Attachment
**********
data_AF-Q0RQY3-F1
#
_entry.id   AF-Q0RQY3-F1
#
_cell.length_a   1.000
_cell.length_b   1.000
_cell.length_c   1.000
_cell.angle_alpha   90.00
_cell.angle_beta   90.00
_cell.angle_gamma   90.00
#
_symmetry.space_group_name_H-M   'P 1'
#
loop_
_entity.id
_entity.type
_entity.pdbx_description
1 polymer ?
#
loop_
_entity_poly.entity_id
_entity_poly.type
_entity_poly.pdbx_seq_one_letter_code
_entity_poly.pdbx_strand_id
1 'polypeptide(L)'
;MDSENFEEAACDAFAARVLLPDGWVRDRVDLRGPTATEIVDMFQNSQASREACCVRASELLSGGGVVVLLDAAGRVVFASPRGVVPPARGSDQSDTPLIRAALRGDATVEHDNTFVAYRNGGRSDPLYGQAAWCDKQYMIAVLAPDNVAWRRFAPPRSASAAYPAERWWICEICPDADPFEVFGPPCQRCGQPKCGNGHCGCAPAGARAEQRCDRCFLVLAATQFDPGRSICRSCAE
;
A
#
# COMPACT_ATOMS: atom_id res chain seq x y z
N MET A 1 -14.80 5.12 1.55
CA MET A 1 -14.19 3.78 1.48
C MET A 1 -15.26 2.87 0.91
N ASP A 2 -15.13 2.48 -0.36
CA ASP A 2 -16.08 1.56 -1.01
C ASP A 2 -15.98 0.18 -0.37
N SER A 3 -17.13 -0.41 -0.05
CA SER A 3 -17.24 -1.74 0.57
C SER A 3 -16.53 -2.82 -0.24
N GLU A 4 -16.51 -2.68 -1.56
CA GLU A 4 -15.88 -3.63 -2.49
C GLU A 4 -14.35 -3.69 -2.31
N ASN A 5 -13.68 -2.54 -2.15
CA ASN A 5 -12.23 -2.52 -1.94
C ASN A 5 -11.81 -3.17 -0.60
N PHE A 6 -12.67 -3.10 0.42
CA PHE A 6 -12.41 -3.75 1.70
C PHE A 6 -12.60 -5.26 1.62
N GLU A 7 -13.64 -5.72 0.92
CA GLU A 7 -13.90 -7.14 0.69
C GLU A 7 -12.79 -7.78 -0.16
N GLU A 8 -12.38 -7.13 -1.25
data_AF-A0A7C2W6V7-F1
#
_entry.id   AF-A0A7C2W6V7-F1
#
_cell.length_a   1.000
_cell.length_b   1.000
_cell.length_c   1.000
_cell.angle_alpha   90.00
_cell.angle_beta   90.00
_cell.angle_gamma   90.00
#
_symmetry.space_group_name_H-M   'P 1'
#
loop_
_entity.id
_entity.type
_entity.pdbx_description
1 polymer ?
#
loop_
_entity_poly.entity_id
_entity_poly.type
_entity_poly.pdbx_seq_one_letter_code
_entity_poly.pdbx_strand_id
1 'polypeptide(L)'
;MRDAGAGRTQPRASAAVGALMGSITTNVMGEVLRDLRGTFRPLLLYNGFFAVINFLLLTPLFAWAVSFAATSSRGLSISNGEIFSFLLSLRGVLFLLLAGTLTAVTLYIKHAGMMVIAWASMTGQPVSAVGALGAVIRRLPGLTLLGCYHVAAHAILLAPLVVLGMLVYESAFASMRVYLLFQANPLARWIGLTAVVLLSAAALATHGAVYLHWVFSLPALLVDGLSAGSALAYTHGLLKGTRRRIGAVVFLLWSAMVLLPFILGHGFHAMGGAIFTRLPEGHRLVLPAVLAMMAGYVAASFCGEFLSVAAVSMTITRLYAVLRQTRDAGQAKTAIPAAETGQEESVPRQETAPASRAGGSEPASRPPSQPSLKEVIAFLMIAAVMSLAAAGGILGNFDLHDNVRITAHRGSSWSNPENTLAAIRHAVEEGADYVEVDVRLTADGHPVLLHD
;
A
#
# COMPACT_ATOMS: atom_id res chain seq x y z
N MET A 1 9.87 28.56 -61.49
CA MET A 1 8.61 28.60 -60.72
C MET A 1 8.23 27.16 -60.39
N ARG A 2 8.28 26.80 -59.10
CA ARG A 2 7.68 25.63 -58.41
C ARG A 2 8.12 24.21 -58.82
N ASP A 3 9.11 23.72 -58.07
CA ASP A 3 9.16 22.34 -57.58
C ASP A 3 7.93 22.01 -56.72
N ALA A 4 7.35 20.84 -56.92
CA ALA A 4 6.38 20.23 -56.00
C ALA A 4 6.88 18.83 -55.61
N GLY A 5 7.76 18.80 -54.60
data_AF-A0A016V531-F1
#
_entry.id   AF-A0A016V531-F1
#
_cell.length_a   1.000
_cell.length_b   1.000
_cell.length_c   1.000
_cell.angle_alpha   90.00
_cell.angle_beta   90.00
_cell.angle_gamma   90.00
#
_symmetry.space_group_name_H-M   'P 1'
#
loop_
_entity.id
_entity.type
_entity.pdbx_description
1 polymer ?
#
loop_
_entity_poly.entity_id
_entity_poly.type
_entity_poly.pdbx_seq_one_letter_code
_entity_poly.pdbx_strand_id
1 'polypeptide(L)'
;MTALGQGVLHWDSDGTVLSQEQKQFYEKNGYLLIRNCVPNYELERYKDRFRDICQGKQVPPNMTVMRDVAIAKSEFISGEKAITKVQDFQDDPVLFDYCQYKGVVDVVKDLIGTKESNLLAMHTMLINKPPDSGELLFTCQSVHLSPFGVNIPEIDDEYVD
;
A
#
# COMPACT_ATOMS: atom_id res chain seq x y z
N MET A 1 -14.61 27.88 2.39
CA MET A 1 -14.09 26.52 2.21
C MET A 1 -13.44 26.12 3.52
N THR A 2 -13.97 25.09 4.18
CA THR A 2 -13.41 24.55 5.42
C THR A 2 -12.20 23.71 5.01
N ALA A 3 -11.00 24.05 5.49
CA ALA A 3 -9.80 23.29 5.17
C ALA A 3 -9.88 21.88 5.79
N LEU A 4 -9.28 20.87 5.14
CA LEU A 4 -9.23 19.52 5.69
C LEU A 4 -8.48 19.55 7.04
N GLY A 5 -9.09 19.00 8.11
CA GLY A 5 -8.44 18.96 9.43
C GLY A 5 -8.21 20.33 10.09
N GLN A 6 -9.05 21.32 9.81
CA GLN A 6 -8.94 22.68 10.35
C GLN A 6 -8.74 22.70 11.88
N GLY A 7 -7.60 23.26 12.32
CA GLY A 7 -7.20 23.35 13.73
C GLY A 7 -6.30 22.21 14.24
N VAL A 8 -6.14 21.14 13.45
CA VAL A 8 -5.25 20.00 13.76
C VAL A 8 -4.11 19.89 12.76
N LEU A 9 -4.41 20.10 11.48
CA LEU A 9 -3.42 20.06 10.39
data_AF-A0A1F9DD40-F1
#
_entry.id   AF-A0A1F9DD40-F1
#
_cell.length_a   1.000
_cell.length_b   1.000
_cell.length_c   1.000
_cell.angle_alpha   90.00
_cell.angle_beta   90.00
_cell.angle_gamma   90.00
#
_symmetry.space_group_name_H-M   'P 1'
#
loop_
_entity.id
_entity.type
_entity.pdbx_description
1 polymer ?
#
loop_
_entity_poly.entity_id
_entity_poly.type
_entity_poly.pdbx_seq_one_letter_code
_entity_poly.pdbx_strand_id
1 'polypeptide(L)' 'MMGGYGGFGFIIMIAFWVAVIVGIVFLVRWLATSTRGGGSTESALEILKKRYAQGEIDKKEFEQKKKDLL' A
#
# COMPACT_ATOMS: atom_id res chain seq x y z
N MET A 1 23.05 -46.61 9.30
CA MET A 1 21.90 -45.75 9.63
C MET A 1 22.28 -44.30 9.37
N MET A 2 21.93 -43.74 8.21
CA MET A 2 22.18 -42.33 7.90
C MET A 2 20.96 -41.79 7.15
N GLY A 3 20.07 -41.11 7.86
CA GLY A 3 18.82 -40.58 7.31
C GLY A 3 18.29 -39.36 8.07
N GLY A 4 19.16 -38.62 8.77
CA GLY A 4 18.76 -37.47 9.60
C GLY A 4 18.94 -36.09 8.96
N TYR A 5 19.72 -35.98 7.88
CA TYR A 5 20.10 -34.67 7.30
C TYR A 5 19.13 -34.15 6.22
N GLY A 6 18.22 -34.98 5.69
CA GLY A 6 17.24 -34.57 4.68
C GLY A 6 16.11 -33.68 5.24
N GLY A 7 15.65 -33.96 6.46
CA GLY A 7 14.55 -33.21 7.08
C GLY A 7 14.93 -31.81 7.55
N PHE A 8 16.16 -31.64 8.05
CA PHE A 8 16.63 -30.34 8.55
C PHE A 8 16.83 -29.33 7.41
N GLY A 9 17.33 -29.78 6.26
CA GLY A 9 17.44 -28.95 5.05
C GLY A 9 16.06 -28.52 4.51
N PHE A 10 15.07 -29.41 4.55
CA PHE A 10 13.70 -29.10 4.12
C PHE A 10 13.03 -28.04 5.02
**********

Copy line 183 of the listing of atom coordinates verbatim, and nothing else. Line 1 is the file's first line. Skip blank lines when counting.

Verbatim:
CA MET A 2 22.18 -42.33 7.90